Tuesday, 11 March 2014

Review Tuesday: Percy Jackson

via: http://images4.fanpop.com/image/photos/24300000/percy-grover-and-annabeth-percy-jackson-trio-24367980-1920-1080.jpg

Hello Everyone,

I know that at age 18 (almost nineteen really!) I should not be reading children’s books. As an English student, I really shouldn’t be reading children’s literature (unless they’re classics). But as someone who definitely has too much free time on her hands (surprising for a university student), the Percy Jackson is a fantastic series to just switch off, and let the story wash over.

via: http://www.fanpop.com/clubs/percy-jackson-and-the-olympians/images/10938450/title/percy-wallpaper
I first started to read the Percy Jackson series after I saw the film version starring Logan Lerman (phoooar). The film was fantastic, but the books blew me away. The actual story-line was only okay, but the way Riordan takes the Greek myths and turns them on their head is fantastic. Even though the books are directed at children, they are not dumbed down in the least (I hated books that were dumbed down for children when I was younger). There isn’t anything inappropriate, and the sexual aspects of the myths are just lightly skated over, merely touched upon and dismissed. Staying true to the myths in a modern light, and Riordan does that beautifully. He allows children to learn about another culture in a modern context, and is afraid to shy away from complexities of Ancient Greek culture. 

The character development is pretty good. Percy (the hero) starts out as a troubled insecure young boy who hates being different and standing out from the crowd, and ends the series by taking control of his group of friends to win the day against the evil Titans. He finds where he belongs and becomes the leader that is needed.The characters grow with age, making the books suitable for all ages that read them. You are constantly being shown multi-faceted characters that are relatable for children. Riordan shows how complex relationships can be when growing up, encourages working together and listening to one another. These books would be especially good for children with short attention spans as the plot moves quickly and there is none of the ‘boring descriptions’ that are so hated in children’s books (this is a quote from my sister when I asked her why she didn’t like the Harry Potter books). Themes covered are coming of age, bullying, isolation, relationships, outside pressures on children to perform well in school even when they are not very academic. Riordan encourages children to try to understand adults, and to question them when they do something that doesn't quite make sense. The idea that not everything that adults do is correct is a common theme in children's books, but the motives behind these decisions are not always questioned, which is something that Riordan tries to do, partially successfully.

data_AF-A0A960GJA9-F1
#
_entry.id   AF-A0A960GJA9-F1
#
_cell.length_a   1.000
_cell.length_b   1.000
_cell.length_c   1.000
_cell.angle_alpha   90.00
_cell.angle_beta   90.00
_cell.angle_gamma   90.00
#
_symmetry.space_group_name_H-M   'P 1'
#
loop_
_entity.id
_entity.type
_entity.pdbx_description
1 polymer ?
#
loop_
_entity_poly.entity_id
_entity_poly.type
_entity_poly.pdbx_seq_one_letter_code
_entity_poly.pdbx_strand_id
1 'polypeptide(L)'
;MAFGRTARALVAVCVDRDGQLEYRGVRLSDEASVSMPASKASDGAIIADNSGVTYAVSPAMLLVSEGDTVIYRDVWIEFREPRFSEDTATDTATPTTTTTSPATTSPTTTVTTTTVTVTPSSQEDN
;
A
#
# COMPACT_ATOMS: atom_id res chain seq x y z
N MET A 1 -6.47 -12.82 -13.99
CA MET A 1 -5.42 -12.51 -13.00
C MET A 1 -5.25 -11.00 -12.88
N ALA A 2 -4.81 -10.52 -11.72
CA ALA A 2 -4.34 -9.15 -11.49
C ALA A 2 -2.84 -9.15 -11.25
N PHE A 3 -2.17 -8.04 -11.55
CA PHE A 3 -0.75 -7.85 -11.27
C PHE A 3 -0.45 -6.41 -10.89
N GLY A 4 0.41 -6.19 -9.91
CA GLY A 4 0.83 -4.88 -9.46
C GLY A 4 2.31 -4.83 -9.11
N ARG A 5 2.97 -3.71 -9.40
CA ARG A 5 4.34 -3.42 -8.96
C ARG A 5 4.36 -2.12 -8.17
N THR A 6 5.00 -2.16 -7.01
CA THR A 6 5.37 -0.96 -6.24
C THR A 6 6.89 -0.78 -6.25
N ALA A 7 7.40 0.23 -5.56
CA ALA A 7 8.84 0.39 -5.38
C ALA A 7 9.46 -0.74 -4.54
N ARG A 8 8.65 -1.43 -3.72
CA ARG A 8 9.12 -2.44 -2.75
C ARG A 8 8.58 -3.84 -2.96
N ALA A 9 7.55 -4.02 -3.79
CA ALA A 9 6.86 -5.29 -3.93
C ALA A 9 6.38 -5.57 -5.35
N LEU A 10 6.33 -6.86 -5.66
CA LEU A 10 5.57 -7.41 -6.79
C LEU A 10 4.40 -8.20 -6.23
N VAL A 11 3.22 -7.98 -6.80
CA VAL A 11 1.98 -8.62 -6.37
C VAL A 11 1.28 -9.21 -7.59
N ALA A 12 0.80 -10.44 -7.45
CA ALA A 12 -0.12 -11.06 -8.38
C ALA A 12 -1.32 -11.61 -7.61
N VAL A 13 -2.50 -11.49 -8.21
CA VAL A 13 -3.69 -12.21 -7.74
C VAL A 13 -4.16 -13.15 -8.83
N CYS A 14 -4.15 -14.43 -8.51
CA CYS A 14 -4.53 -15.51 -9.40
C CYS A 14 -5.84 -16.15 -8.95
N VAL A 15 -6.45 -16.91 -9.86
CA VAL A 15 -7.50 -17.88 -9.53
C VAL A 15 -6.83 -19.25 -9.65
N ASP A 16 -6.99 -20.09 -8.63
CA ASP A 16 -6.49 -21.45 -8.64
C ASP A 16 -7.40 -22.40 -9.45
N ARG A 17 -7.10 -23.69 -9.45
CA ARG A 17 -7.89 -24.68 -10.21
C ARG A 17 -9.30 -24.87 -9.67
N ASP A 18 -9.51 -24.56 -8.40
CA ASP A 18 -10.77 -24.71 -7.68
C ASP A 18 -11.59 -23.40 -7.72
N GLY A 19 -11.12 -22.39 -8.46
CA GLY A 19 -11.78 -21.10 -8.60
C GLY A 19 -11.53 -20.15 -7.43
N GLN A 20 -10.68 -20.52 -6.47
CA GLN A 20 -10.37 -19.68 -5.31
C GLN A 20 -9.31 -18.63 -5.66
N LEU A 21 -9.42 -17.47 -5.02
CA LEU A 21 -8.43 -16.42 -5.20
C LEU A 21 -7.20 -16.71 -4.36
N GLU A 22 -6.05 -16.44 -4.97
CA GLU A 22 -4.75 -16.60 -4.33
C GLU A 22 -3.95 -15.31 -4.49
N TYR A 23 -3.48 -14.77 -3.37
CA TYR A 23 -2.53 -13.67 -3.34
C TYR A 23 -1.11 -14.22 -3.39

via: http://www.percyjackson.co.uk/img/pj_header_logo.jpg
The second series is almost as good as the first. Riordan has clearly found another way to flip the myths on their heads, not just with Greek gods, but Romans as well. However, it fits quite nicely into plotline, and gives the gods represented another side to their characters as well, whereas in the first series, they were pretty one dimensional. The story line also clears up a few plot holes left after the first series, and promises to introduce a story just as page turning as the last.

I hope this is useful for any-one considering reading these books. I thoroughly enjoyed reading them myself!


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